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Psychology of Aesthetics, Creativity, and the Arts





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Having confidence in one’s creative ability seems necessary for creative behavior. The relationship, however, may not be as direct as creativity researchers have initially posited. Previous research on the relationship between creative confidence (CC) and creative behavior (CB) has yielded mixed findings. Moreover, emerging theoretical and empirical work suggests that the CC–CB relationship is moderated by other beliefs. In this exploratory study, we examined the relationship among intellectual risk taking (IRT), CC, and CB. Specifically, we tested 2 theoretical propositions. The first involved examining the posited relationship between creative confidence and creative behaviors. Consistent with our expectations, our preliminary results indicate positive, albeit somewhat modest correlations between creative confidence and creative achievements (r = .33), creative achievements in the arts (r = .17), creative achievements in science (r = .27), and participation in creative activities (r = .35). The second proposition involved examining whether IRT moderates the relationship between CC and CB. Our results indicate that IRT did serve as a moderator in the relationship between CC and CB. Specifically, our preliminary results indicate that willingness to take intellectual risks enhances the relationship between CC and CB. Moreover, our findings also indicate that at very low levels of IRT, there is no relationship between CC and CB. In sum, our results suggest that even if people have high levels of confidence in their creativity, they may also need to be willing to take the creative risks in order for creative confidence to develop into creative behavior. Theoretical and research implications of these findings are also discussed.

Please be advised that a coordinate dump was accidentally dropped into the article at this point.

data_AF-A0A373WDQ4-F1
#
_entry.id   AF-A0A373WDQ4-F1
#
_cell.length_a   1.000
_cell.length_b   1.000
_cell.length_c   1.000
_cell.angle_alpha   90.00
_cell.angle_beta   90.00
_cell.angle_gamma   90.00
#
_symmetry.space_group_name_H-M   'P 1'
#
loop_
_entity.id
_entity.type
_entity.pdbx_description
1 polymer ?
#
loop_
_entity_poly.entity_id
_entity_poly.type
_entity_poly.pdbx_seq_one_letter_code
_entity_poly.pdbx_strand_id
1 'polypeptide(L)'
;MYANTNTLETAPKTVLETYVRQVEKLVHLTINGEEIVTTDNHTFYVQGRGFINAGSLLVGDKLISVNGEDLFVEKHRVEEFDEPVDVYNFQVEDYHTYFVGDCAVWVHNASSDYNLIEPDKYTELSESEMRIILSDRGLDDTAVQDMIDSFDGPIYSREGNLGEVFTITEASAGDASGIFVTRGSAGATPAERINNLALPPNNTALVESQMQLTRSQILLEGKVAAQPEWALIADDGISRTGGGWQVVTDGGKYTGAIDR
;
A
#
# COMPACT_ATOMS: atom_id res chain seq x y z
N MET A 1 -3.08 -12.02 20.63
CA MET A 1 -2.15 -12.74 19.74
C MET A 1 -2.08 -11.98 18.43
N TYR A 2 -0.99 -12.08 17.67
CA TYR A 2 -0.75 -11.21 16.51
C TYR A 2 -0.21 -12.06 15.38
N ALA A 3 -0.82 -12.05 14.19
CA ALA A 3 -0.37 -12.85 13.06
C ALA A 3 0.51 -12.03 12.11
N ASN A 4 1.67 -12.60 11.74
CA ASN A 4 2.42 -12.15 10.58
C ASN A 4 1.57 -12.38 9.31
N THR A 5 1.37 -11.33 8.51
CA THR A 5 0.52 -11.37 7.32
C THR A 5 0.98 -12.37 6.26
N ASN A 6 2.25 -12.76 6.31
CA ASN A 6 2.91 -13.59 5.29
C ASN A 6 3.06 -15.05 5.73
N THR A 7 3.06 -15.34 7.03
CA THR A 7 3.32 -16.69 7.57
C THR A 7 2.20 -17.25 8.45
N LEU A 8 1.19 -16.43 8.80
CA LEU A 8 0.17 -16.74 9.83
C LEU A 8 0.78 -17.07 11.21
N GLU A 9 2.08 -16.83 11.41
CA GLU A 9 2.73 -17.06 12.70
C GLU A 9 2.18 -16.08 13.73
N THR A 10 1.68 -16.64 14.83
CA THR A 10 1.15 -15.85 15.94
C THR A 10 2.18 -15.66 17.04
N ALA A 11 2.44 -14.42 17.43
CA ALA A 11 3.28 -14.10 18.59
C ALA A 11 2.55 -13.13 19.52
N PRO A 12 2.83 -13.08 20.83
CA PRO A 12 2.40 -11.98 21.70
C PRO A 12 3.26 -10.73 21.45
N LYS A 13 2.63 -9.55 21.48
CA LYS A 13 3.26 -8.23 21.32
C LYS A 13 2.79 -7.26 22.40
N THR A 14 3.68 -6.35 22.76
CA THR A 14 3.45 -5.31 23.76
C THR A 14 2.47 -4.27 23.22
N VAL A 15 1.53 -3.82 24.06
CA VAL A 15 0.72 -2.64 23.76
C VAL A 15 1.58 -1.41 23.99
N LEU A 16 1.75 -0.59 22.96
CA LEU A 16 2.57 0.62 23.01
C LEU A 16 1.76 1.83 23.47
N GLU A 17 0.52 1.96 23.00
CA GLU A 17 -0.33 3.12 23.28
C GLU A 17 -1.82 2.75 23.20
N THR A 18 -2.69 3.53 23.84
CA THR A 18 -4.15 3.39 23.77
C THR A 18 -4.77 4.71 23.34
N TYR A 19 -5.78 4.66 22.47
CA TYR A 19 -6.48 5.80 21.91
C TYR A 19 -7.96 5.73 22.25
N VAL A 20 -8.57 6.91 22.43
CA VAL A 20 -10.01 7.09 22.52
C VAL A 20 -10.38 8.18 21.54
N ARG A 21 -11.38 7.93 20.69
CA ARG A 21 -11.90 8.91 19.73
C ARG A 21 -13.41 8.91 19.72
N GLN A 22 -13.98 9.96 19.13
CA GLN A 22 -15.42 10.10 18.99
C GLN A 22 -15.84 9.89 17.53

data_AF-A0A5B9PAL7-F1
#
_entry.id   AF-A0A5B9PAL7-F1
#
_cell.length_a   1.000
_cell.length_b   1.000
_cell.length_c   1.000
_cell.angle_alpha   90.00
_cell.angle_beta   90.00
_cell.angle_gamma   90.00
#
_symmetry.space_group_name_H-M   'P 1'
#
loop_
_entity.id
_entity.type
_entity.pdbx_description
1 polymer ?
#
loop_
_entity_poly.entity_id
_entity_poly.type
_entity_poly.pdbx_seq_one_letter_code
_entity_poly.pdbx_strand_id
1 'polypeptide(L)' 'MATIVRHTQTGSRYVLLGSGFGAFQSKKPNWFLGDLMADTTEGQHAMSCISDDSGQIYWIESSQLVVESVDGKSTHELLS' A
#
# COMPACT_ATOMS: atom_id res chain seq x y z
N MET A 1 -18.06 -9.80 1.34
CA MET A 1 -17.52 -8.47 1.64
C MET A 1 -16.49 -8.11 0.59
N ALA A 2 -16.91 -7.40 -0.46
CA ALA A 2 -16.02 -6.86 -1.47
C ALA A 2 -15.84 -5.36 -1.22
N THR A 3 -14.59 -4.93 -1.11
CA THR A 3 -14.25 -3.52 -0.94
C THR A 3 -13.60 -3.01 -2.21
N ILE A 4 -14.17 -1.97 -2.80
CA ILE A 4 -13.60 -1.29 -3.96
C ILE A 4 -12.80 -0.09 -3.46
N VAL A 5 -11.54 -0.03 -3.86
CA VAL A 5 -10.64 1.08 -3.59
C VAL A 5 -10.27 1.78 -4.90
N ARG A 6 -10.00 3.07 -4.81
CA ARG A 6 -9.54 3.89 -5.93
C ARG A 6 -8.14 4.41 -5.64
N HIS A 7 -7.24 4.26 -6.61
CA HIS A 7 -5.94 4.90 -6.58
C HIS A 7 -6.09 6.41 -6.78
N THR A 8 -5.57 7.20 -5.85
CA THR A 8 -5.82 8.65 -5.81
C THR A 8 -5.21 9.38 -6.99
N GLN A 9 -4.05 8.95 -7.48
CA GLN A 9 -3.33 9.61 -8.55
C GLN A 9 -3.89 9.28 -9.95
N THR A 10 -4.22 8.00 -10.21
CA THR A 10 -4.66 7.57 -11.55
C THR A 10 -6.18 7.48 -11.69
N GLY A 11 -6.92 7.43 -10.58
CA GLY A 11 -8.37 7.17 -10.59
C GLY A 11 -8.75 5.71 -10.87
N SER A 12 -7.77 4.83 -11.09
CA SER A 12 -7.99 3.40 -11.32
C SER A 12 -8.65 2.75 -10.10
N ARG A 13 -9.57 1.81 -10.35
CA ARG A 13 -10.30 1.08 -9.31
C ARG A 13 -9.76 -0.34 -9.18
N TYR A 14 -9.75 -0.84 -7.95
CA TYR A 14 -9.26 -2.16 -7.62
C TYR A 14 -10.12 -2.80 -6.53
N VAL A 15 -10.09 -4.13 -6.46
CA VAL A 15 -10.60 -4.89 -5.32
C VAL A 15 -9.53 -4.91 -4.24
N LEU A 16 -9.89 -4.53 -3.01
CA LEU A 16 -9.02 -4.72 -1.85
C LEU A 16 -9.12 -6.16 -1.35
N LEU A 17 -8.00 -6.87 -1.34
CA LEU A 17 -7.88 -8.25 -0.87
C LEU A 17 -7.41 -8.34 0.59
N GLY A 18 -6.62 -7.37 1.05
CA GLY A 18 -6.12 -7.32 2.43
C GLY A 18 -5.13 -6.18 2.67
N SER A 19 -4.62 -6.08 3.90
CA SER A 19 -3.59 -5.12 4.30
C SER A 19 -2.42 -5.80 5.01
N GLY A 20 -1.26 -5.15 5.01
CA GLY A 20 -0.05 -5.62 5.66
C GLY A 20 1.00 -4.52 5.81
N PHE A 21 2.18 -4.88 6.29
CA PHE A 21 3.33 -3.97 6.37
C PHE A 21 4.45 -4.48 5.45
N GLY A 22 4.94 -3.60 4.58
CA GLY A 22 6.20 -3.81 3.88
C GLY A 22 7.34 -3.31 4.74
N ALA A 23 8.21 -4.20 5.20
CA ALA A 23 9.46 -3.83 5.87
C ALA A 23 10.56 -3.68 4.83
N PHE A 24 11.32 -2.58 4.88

©American Psychological Association, [2021]. This paper is not the copy of record and may not exactly replicate the authoritative document published in the APA journal. The final article is available, upon publication, at:

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